Conference paper Open Access
In traditional object-oriented languages, the dynamic dispatch algorithm is hardwired: for every polymorphic call, only the most specific method is used. CLOS, the Common Lisp Object System, goes beyond the traditional approach by providing an abstraction known as "method combinations": when several methods are applicable, it is possible to select several of them, decide in which order they will be called, and how to combine their results, essentially making the dynamic dispatch algorithm user-programmable.
Although a powerful abstraction, method combinations are under-specified in the Common Lisp standard, and the MOP, the Meta-Object Protocol underlying many implementations of CLOS, worsens the situation by either contradicting it or providing unclear protocols. As a consequence, too much freedom is granted to conforming implementations. The exact or intended behavior of method combinations is unclear and not necessarily coherent with the rest of CLOS.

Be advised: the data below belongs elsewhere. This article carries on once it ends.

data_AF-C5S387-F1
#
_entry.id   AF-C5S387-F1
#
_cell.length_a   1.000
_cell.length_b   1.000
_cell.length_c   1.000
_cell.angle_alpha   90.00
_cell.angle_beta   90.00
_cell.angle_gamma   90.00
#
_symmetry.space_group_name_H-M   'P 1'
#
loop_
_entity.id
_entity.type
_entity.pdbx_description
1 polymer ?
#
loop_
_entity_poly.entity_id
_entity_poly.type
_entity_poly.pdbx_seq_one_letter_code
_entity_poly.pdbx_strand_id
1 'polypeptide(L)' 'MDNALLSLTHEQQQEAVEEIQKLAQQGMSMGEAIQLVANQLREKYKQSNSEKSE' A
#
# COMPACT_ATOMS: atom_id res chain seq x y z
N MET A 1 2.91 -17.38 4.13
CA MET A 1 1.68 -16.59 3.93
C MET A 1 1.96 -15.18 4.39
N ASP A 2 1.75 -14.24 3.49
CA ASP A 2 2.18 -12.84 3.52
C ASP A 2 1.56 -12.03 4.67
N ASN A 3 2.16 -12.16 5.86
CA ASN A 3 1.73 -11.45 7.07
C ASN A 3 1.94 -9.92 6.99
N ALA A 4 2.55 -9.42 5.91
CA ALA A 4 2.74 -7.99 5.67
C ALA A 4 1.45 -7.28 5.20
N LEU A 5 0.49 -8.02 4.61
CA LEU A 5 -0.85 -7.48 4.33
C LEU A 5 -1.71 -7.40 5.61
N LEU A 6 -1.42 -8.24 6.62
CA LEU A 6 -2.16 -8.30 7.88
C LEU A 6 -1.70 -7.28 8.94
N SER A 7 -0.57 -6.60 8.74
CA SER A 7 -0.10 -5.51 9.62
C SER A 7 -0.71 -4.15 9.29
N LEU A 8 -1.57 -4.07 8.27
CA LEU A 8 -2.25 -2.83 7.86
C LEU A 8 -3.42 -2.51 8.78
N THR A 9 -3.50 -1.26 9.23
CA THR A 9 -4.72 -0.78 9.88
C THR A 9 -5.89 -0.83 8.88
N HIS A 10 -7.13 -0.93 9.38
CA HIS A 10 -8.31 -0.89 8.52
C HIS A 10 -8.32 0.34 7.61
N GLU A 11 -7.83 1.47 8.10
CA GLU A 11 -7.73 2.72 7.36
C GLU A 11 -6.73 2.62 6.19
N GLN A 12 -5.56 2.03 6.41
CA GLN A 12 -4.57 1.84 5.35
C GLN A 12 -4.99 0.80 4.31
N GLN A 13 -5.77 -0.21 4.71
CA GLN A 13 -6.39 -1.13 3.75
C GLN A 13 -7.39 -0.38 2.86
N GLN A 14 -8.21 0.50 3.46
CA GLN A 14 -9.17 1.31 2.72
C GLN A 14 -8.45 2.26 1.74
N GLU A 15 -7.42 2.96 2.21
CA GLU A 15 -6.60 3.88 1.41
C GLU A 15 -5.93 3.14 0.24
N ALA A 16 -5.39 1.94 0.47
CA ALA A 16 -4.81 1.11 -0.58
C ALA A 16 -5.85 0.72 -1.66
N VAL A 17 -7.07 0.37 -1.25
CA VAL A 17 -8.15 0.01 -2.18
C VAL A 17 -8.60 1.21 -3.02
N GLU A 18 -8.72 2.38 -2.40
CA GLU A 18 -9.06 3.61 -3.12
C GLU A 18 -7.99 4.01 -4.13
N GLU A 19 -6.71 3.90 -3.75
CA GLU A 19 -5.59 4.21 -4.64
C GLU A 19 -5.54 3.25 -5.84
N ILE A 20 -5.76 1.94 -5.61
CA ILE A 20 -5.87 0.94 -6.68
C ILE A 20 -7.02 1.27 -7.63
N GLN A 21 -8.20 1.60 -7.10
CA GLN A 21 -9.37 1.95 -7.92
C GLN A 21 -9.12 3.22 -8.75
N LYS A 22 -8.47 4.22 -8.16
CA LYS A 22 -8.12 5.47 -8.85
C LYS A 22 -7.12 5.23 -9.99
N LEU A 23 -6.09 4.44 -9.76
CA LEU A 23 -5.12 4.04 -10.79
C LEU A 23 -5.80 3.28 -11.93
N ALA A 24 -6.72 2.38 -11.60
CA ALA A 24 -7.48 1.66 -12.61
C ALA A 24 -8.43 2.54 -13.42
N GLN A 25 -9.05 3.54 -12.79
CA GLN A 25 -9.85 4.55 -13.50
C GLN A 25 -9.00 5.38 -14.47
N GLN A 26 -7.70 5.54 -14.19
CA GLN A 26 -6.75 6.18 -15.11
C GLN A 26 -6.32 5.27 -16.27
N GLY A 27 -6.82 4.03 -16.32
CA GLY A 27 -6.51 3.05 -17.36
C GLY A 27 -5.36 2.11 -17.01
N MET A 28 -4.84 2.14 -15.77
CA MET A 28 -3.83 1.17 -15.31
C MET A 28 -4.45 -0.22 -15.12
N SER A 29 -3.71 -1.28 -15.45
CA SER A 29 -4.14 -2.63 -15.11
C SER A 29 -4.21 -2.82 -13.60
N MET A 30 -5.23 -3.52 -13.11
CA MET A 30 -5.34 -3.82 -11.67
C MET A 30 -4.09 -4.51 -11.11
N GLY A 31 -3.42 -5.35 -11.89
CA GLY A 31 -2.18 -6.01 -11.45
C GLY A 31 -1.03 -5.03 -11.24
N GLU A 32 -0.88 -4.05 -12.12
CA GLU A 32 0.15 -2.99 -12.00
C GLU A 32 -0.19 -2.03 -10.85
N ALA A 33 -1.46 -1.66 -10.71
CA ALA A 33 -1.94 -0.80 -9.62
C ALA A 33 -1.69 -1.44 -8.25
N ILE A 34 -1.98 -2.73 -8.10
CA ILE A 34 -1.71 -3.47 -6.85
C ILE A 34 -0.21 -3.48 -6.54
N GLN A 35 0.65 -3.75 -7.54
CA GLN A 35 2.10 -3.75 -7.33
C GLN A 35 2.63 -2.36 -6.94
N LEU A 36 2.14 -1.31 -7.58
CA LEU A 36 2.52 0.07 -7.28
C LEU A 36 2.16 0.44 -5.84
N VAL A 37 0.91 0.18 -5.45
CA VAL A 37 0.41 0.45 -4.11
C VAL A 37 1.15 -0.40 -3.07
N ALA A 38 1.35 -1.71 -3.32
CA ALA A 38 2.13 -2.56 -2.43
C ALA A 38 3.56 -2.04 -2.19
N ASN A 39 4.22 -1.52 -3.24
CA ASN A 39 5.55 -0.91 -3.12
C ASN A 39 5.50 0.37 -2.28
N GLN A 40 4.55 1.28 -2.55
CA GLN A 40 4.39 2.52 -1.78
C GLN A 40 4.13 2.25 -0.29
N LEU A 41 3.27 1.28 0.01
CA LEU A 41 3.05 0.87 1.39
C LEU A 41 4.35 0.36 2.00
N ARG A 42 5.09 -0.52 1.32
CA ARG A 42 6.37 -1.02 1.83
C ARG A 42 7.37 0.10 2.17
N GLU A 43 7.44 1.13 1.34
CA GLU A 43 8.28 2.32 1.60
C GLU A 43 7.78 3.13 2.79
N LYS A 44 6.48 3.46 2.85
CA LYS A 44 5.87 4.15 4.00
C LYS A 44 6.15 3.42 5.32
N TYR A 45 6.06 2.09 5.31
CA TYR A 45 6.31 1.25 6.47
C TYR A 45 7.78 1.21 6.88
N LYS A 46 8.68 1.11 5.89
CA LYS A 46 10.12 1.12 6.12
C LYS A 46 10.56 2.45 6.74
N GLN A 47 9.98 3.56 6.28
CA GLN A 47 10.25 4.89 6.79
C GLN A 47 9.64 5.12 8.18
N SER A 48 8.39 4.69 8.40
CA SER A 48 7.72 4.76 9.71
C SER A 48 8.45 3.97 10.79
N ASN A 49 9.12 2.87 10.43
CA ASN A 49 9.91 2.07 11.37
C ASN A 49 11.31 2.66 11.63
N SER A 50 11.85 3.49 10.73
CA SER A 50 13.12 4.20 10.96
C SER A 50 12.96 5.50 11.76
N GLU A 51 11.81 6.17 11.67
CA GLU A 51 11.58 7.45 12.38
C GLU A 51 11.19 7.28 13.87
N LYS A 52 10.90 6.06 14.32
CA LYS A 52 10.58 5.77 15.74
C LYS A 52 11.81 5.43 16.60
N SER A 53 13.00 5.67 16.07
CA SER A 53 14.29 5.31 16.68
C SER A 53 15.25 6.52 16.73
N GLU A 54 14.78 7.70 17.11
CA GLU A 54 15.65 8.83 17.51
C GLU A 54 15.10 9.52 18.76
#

In this paper, we provide a detailed analysis of the problems posed by method combinations, the consequences of their lack of proper specification in one particular implementation, and a MOP-based extension called "method combinators", aiming at correcting these problems and possibly offer new functionality.